Article

Harnessing actin dynamics for clathrin-mediated endocytosis. Nat Rev Mol Cell Biol 7:404-414

Department of Molecular and Cell Biology, University of California, Berkeley, California 94720-3202, USA.
Nature Reviews Molecular Cell Biology (Impact Factor: 37.81). 07/2006; 7(6):404-14. DOI: 10.1038/nrm1940
Source: PubMed

ABSTRACT

Actin polymerization often occurs at the plasma membrane to drive the protrusion of lamellipodia and filopodia at the leading edge of migrating cells. A role for actin polymerization in another cellular process that involves the reshaping of the plasma membrane--namely endocytosis--has recently been established. Live-cell imaging studies are shedding light on the order and timing of the molecular events and mechanisms of actin function during endocytosis.

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    • "Down-regulation of Ag uptake activity during the transition from actively sampling immature DCs to uptake-inactive mature DCs has been linked to a loss of active Cdc42 during DC maturation (Garrett et al., 2000). However, receptor-mediated endocytosis depends on the cooperation of actin filaments with other proteins, such as clathrin, for internalization (Schafer, 2002; Kaksonen et al., 2006) and is therefore independent of RhoGTPases and not down-regulated in mature DCs (Garrett et al., 2000; Platt et al., 2010). This allows efficient internalization of exogenous Ag's upon binding to surface receptors during all stages of DC maturation (Allenspach et al., 2008; Platt et al., 2010). "
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    • "Actin filament assembly can generate mechanical forces to induce membrane deformation (Kaksonen et al., 2006) and to facilitate vesicle trafficking, providing a platform to affect receptor turnover (Zech et al., 2012). It is not clear whether formins being the largest group of actin nucleation and assembly factors play a role in integrin traffic and function. "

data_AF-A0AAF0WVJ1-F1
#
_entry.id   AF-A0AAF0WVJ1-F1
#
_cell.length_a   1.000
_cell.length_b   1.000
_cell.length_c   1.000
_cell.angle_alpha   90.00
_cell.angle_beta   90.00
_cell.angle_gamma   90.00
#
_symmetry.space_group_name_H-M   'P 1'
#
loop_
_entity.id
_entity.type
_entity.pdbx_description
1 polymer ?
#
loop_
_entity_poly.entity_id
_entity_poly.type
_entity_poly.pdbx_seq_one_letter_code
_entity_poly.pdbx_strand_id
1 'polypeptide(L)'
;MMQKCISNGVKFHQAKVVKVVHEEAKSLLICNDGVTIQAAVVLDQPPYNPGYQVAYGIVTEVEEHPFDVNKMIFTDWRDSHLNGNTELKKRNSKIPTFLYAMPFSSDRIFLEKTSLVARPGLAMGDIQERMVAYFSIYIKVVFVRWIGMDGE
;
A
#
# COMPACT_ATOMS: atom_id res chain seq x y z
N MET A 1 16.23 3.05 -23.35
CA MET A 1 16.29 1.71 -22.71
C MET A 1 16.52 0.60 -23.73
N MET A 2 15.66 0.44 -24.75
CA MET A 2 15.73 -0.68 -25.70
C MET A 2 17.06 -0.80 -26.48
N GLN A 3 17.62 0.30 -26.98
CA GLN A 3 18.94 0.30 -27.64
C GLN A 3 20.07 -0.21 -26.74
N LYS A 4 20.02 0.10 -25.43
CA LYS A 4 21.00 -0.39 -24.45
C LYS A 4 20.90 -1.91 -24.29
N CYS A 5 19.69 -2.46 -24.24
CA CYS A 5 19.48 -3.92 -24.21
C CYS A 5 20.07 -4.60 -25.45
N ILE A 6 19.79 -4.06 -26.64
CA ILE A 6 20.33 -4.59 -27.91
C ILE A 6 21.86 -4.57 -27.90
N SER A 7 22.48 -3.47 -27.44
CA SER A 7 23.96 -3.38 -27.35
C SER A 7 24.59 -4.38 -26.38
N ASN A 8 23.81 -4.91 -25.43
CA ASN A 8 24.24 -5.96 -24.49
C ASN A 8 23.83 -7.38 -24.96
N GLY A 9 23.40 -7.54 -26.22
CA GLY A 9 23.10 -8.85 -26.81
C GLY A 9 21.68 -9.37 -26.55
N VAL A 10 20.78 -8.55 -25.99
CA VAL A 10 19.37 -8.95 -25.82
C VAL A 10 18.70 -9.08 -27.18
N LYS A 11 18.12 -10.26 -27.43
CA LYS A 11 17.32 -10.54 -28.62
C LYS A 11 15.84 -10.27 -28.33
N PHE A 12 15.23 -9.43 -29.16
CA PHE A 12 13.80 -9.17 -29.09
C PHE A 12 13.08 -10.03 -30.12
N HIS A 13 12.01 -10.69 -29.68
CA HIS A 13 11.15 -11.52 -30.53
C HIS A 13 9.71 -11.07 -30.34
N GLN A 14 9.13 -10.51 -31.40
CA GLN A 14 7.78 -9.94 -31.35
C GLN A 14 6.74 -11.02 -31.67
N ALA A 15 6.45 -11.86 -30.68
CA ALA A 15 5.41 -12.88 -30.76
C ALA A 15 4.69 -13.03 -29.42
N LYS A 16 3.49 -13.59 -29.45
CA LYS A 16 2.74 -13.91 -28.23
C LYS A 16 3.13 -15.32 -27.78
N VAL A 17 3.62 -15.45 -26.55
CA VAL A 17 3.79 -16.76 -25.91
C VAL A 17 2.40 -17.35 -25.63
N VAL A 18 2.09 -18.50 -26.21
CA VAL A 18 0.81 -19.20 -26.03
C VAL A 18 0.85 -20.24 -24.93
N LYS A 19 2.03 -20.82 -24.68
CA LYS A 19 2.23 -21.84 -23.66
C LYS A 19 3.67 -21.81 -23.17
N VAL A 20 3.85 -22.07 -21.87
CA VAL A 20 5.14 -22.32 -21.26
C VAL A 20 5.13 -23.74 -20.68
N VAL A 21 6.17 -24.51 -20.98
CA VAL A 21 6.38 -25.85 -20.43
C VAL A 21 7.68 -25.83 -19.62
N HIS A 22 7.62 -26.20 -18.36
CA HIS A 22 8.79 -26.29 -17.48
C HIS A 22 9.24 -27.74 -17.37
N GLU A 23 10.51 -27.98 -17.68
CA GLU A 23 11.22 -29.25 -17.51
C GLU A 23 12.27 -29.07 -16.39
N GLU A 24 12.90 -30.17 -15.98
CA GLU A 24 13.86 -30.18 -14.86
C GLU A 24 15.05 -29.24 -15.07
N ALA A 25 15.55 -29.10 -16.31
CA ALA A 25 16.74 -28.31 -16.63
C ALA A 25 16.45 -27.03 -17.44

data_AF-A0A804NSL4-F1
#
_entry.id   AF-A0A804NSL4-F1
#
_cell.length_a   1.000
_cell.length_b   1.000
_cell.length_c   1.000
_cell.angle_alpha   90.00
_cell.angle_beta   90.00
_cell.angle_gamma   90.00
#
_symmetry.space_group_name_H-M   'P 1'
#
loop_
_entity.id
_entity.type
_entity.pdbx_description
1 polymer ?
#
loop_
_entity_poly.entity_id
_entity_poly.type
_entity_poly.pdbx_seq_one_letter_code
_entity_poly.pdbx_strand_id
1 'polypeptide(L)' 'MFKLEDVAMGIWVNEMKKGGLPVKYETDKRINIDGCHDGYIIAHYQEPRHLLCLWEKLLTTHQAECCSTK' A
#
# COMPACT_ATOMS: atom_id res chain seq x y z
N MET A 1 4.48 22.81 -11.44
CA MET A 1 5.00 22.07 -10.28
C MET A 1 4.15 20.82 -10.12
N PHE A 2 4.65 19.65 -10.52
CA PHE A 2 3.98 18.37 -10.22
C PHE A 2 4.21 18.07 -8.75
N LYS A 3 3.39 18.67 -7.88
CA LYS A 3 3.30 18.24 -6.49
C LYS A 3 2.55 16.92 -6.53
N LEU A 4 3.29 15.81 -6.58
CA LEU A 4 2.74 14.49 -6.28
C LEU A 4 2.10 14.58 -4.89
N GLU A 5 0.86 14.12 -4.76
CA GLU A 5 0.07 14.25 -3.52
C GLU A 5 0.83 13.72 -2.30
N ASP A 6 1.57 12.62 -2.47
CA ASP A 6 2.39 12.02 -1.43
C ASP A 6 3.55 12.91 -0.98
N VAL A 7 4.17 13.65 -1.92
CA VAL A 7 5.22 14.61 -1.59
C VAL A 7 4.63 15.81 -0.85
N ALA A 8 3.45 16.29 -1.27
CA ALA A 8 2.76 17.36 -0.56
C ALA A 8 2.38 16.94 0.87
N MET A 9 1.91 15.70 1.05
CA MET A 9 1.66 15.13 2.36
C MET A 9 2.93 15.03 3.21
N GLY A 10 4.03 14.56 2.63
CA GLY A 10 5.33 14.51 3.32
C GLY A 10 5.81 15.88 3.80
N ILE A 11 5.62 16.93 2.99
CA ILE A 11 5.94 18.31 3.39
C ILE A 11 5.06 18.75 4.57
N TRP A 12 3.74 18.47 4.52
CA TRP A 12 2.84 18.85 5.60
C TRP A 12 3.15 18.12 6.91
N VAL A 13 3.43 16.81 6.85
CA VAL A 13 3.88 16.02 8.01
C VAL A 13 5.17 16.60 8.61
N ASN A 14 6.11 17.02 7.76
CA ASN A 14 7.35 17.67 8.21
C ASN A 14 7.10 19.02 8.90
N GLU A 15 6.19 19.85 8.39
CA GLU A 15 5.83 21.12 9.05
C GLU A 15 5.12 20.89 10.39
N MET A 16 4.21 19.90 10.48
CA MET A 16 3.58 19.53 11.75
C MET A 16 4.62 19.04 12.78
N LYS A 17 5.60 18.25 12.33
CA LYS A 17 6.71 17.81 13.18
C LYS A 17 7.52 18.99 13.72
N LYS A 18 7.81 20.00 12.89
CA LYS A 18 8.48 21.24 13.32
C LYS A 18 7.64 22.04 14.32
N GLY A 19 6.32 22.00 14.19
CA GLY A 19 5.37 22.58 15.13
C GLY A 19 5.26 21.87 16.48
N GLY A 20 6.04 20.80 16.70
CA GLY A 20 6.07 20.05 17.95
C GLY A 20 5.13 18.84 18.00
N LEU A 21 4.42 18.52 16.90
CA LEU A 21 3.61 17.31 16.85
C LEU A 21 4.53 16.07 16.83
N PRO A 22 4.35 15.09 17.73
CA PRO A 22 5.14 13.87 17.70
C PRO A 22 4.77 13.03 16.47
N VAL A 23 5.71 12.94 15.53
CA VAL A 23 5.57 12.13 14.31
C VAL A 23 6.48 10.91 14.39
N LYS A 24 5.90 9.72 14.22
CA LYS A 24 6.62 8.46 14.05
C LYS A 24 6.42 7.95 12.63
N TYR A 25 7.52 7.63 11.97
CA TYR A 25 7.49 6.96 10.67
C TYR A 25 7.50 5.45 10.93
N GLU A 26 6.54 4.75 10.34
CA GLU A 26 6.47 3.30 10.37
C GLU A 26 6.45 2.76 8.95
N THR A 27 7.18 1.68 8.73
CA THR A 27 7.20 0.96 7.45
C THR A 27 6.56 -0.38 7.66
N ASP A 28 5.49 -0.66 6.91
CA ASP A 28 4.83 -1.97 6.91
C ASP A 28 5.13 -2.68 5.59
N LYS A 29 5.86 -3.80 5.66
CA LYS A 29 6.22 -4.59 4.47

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    ABSTRACT: Regulated turnover of integrin receptors is essential for cell adhesion and migration. Pathways selectively regulating β1-integrin recycling are implicated in cancer invasion and metastasis, yet proteins required for the internalization of this pro-invasive integrin remain to be identified. Here, we uncover formin-like 2 (FMNL2) as a critical regulator of β1-integrin internalization downstream of protein kinase C (PKC). PKCα associates with and phosphorylates FMNL2 at S1072 within its Diaphanous autoregulatory region, leading to the release of formin autoinhibition. Phosphorylation of FMNL2 triggers its rapid relocation and promotes its interaction with the cytoplasmic tails of the α-integrin subunits for β1-integrin endocytosis. FMNL2 drives β1-integrin internalization and invasive motility in a phosphorylation-dependent manner, while a FMNL2 mutant defective in actin assembly interferes with β1-integrin endocytosis and cancer cell invasion. Our data establish a role for FMNL2 in the regulation of β1-integrin and provide a mechanistic understanding of the function of FMNL2 in cancer invasiveness. Copyright © 2015 Elsevier Inc. All rights reserved. http://authors.elsevier.com/a/1Rb875Sx5gPQ4y
    No preview · Article · Aug 2015 · Developmental Cell
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    • "Arcs do not directly associate with focal adhesions but are linked to these cell-matrix interaction sites through ''dorsal stress fibers'' (radial fibers), which are non-contractile actin bundles connected to focal adhesions at their distal end (Tojkander et al., 2012; Burridge and Wittchen, 2013). Furthermore, eukaryotic cells contain an array of other actin-based structures that contribute to diverse cellular processes such as endocytosis, mitochondrial fission, and extracellular matrix degradation (Kaksonen et al., 2006; Schoumacher et al., 2010; Korobova et al., 2013). Importantly, actin filaments do not function in isolation but collaborate with two other cytoskeletal networks: intermediate filaments and microtubules (Huber et al., 2015). "
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